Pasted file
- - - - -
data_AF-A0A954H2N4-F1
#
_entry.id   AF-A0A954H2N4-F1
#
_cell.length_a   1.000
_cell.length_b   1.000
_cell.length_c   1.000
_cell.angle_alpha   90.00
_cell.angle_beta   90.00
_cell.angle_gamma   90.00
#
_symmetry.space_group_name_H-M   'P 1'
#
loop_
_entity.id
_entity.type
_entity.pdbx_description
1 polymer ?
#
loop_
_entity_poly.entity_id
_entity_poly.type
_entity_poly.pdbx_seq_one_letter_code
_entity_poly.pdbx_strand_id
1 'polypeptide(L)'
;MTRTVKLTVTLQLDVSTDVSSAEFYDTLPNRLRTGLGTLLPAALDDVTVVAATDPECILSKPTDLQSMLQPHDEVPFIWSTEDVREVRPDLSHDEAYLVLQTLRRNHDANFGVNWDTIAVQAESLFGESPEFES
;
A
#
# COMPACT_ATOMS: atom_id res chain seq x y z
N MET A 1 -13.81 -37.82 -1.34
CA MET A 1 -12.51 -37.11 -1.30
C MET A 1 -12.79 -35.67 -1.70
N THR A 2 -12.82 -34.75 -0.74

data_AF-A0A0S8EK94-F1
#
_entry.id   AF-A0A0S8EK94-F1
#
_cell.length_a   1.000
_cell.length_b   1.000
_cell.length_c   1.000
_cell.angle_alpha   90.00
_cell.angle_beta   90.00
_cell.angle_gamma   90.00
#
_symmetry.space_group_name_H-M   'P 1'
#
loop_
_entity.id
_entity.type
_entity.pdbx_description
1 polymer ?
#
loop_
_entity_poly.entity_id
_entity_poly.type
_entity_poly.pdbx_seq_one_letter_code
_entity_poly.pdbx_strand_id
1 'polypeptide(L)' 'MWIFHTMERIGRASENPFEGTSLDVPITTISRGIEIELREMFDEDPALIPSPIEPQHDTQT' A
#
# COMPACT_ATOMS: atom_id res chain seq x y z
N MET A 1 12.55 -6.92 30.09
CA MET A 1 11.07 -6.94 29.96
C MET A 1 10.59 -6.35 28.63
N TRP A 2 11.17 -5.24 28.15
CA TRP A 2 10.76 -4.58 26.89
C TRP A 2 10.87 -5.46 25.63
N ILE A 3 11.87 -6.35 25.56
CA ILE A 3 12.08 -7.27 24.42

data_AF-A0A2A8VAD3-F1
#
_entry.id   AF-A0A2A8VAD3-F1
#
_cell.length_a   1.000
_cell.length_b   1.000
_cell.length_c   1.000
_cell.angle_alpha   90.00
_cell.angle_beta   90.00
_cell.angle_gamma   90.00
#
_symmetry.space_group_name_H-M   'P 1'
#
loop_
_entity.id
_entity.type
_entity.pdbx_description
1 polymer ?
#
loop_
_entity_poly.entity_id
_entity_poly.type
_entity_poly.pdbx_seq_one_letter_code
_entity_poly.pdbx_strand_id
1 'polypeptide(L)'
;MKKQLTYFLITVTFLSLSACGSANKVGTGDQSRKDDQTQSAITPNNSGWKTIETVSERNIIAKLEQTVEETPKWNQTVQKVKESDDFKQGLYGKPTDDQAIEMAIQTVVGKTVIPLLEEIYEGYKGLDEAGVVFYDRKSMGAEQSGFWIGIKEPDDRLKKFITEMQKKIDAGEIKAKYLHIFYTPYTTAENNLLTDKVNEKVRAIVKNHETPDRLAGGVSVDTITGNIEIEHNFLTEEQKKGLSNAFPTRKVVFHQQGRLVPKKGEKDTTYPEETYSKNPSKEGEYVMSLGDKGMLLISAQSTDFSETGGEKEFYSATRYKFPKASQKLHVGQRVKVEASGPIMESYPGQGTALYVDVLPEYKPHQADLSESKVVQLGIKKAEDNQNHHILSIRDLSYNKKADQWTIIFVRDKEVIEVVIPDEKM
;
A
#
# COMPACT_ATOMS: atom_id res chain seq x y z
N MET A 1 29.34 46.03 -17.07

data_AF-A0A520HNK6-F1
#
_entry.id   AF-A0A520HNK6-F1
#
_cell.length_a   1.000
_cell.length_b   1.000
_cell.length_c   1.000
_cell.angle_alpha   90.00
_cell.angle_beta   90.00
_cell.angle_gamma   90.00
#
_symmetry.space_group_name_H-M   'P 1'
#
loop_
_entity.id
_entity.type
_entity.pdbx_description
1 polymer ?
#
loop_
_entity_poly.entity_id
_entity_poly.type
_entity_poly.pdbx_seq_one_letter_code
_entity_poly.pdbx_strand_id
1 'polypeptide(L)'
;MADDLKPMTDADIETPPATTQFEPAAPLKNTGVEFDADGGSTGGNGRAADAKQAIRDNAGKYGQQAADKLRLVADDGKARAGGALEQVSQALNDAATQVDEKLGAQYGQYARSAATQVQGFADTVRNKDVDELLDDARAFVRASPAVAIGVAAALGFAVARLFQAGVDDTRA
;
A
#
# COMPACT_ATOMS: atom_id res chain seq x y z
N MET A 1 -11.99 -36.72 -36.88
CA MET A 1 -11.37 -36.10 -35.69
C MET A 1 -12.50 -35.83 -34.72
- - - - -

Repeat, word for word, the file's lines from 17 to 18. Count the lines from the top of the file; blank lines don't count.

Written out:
_entity.pdbx_description
1 polymer ?